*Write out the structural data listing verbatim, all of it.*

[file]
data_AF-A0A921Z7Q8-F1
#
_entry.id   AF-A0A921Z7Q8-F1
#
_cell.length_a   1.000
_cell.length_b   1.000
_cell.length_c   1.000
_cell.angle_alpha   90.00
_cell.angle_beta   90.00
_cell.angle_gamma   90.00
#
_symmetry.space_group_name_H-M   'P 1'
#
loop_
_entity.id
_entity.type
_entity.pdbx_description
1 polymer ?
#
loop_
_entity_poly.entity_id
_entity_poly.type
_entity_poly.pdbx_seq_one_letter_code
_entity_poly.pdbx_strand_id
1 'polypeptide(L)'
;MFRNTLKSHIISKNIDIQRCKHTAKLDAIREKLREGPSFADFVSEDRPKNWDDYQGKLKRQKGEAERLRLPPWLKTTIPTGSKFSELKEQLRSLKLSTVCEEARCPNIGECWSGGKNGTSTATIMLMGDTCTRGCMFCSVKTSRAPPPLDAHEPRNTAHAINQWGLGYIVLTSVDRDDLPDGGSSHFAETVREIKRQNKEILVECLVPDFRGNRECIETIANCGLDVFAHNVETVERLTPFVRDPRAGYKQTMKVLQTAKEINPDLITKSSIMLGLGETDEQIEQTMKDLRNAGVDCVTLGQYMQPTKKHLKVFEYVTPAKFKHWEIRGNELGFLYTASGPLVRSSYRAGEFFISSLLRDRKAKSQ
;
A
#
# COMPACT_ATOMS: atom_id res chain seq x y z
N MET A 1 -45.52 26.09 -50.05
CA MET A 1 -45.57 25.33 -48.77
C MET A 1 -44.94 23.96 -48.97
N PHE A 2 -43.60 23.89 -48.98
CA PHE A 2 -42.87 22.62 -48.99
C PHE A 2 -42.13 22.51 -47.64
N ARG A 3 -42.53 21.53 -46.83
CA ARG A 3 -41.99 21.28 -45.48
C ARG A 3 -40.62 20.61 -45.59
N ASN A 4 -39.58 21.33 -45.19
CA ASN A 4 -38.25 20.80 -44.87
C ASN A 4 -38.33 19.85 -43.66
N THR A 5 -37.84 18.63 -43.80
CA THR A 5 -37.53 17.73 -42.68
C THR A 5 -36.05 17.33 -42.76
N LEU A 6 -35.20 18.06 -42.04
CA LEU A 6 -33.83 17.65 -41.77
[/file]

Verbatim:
data_AF-A0A921Z7Q8-F1
#
_entry.id   AF-A0A921Z7Q8-F1
#
_cell.length_a   1.000
_cell.length_b   1.000
_cell.length_c   1.000
_cell.angle_alpha   90.00
_cell.angle_beta   90.00
_cell.angle_gamma   90.00
#
_symmetry.space_group_name_H-M   'P 1'
#
loop_
_entity.id
_entity.type
_entity.pdbx_description
1 polymer ?
#
loop_
_entity_poly.entity_id
_entity_poly.type
_entity_poly.pdbx_seq_one_letter_code
_entity_poly.pdbx_strand_id
1 'polypeptide(L)'
;MFRNTLKSHIISKNIDIQRCKHTAKLDAIREKLREGPSFADFVSEDRPKNWDDYQGKLKRQKGEAERLRLPPWLKTTIPTGSKFSELKEQLRSLKLSTVCEEARCPNIGECWSGGKNGTSTATIMLMGDTCTRGCMFCSVKTSRAPPPLDAHEPRNTAHAINQWGLGYIVLTSVDRDDLPDGGSSHFAETVREIKRQNKEILVECLVPDFRGNRECIETIANCGLDVFAHNVETVERLTPFVRDPRAGYKQTMKVLQTAKEINPDLITKSSIMLGLGETDEQIEQTMKDLRNAGVDCVTLGQYMQPTKKHLKVFEYVTPAKFKHWEIRGNELGFLYTASGPLVRSSYRAGEFFISSLLRDRKAKSQ
;
A
#
# COMPACT_ATOMS: atom_id res chain seq x y z
N MET A 1 -45.52 26.09 -50.05
CA MET A 1 -45.57 25.33 -48.77
C MET A 1 -44.94 23.96 -48.97
N PHE A 2 -43.60 23.89 -48.98
CA PHE A 2 -42.87 22.62 -48.99
C PHE A 2 -42.13 22.51 -47.64
N ARG A 3 -42.53 21.53 -46.83
CA ARG A 3 -41.99 21.28 -45.48
C ARG A 3 -40.62 20.61 -45.59
N ASN A 4 -39.58 21.33 -45.19
CA ASN A 4 -38.25 20.80 -44.87
C ASN A 4 -38.33 19.85 -43.66
N THR A 5 -37.84 18.63 -43.80
CA THR A 5 -37.53 17.73 -42.68
C THR A 5 -36.05 17.33 -42.76
N LEU A 6 -35.20 18.06 -42.04
CA LEU A 6 -33.83 17.65 -41.77